How we tackle our debt living on the road

There are many reasons to get into the “tiny living” lifestyle, and for us it really boiled down to 3 things: owning a home, eliminating debt, and living as minimally and intently as possible. Today, I’m going to break down how we are trying to tackle our debt while living in our motorhome. 

Here is the TL:DR if you want a list:

  1. Sit down and really ask yourself what your goals are for financial freedom. Timelines, expectations of you (and your spouse if applicable). Make sure you guys are on the same page before doing any of this.
  2. Make a list of all of your bills, due dates, minimum payments on loans, etc
  3. Look at your spending history. What are you spending the most on? Eating out? Alcohol? How do these things serve you? If they don’t, eliminate them. Cutting out bad habits is the easiest way to give yourself a raise. 
  4. Save $1,000 for an emergency fund. (Thank you Dave Ramsey)
  5. Debt snowball. I’m telling you, paying off that first loan, that smallest loan, is such a high that you’ll propel yourself forward into the process. It’s addicting. 

I’m going to be completely transparent with y’all that the tiny life has sent us a little more into debt at first, but now we are finally 1.5 years into our journey and working our way toward the other side. Our total debts were at around $150,000 when we first started kind of looking at our debt before we got married. We have eliminated about 36k worth of debt since 2016, and that was without really trying. We sold my car, paid off some medical bills, and paid off some bills in collections. Once we bought our motorhome ($29,900 + $5,000 of renovations), that added a $250/month payment, on top of lot rent to park it, which can range anywhere from $350-$900/month. So, the overall expense is just about equal to if we were renting a 3 bed/2bath house in Oklahoma with utilities. The benefit of buying the motorhome is that we have our own home! No moving every year to a different house. No endless landlord issues. No roomies. No lawn mowing. Utilities are almost always included (except electric at some places). Just a tiny space to call our own at a fraction of the cost of a sticks-and-bricks home.

Now, onto the debt issue…

We are using a hodgepodge of methods to tackle our debt, but primarily the Dave Ramsey method of “debt snowballing”, and actually sticking to our strict budget.  We started this process on August 1st, 2019. I had been “debt avalanching” this past year on one of my credit cards, and found myself highly discouraged when it wasn’t getting paid down fast enough. Enter: debt snowball. You tackle your smallest debt first, and then the payments you were making on that debt go to your next biggest, etc etc until they are all paid off. However, our smallest debt is 10k, and our largest is 65k (student loans are a b-i-t-c-h). These are all of our large remaining debts, except for Nelnet, which we paid off December 6th, 2019!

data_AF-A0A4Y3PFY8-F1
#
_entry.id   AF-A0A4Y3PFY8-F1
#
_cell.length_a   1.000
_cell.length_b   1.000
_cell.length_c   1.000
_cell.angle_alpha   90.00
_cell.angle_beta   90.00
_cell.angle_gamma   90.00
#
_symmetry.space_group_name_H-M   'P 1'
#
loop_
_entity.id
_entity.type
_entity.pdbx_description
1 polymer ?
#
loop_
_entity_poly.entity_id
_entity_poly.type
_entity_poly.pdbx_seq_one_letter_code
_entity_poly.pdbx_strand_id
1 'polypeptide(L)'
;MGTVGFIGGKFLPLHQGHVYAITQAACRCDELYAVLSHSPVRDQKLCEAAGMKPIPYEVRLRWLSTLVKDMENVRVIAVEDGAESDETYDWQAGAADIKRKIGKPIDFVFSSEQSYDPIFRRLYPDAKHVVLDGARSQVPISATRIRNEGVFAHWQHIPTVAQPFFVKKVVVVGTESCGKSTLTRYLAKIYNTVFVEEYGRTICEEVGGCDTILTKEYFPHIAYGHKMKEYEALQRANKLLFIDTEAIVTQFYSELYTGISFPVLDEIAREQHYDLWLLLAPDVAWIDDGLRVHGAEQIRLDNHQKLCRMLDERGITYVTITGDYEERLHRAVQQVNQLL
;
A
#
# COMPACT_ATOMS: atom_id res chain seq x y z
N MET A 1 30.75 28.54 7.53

We paid off the Nelnet on December 6th, 2019! Our first debt snowball victory!

Half of paying off debt is a mind-game. You have to be prepared to say no to things, stick to a disciplined budget, and reward yourself when you do well. It is a lot like a diet in that sense. One thing we were AWFUL about was eating out whenever we didn’t feel like cooking food or grocery shopping. For some months while we were in Virginia doing my first travel contract, this was us eating out literally 2-3 times a day, at roughly $20-$40 PER MEAL. That’s $600-$1200/MONTH on eating out. Not to mention the amount of alcohol we were purchasing as well. It was really time for us to stop dead in our tracks and do some self-reflection that shed some light onto why we were so recklessly spending, when we both knew it eventually led to anxiety, depression, and a depleted bank account. When we were spending upwards of $1200 on food per month through August 2018-November 2018, we also did not have running water in our tiny kitchen. So to make a meal at home was a HUGE hassle, that mostly led to washing the dishes at the general “wash station” down the street, and getting viciously attacked by Virginia mosquitoes. After we left Virginia, we realized that we needed to start being smarter with our money. But then, enter my winter contract in Tulsa, OK. Most days were either below freezing -almost-, or raining. Mud was everywhere. In that environment, my husband and I both turned into hermits that preferred pizza and red wine as our primary food groups. Then we went to Albuquerque, the sun was shining, all of our utilities seemed to be in working order, and all was good. We had running hot water, a working A/C unit, and a working furnace. My mindset was ready to shift. And I’m not sure how many of you guys believe in astrology, and its effect on our moods and bodies, but man that mindshift sure did line up with Mercury coming out of retrograde last July. Boy that was a tough month! I digress…